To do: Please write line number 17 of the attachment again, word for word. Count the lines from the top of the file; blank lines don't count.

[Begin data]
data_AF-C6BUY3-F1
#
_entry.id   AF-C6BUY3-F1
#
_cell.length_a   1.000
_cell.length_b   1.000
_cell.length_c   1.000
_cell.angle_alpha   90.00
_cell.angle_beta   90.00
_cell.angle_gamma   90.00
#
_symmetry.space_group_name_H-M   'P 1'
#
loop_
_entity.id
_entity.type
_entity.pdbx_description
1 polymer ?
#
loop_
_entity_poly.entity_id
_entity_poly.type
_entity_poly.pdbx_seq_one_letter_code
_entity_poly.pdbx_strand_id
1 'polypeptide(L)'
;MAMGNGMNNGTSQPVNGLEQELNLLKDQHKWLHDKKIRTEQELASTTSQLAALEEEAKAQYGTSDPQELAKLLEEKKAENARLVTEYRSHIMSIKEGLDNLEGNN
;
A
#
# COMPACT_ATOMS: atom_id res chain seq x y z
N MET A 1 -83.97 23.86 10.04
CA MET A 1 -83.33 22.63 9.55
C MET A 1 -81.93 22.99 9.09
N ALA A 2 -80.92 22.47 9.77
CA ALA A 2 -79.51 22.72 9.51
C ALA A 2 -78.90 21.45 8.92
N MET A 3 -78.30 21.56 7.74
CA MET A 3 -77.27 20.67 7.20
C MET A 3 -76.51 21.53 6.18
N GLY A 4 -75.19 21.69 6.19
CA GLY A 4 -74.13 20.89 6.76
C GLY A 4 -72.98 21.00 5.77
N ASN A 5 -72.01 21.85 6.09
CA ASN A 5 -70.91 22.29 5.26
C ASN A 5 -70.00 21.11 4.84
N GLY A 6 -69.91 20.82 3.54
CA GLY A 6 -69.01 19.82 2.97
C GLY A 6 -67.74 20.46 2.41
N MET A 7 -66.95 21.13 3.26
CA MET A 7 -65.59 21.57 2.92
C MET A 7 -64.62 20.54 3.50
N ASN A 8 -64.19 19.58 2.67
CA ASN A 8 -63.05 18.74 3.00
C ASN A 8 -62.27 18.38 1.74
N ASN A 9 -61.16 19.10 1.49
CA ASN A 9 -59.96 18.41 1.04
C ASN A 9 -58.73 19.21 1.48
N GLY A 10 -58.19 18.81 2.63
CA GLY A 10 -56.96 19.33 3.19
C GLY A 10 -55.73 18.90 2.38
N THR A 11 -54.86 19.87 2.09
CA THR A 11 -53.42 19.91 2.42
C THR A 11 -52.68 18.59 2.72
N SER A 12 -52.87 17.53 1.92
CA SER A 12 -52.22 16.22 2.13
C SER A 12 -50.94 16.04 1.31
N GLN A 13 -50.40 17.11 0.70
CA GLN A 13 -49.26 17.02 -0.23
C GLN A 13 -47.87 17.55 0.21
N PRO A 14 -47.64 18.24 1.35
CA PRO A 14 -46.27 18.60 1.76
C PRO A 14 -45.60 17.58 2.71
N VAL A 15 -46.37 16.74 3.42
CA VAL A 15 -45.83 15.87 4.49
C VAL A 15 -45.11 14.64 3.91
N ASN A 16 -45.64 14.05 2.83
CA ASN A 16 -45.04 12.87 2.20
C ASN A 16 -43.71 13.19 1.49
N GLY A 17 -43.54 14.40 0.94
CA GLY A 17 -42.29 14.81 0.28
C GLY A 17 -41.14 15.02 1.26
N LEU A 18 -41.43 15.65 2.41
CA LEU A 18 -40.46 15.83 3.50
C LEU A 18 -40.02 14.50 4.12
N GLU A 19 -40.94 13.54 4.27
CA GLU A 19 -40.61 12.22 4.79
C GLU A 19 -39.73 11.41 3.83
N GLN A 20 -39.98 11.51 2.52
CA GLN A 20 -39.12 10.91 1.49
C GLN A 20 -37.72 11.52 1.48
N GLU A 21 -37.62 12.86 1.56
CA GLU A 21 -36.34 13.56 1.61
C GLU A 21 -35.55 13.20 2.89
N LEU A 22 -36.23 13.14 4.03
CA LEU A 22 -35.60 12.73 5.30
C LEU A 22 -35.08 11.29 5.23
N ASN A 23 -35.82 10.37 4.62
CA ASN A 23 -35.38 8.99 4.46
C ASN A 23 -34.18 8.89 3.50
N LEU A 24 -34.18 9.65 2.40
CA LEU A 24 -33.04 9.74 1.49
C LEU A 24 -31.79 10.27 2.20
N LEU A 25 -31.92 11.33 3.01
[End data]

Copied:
_entity.pdbx_description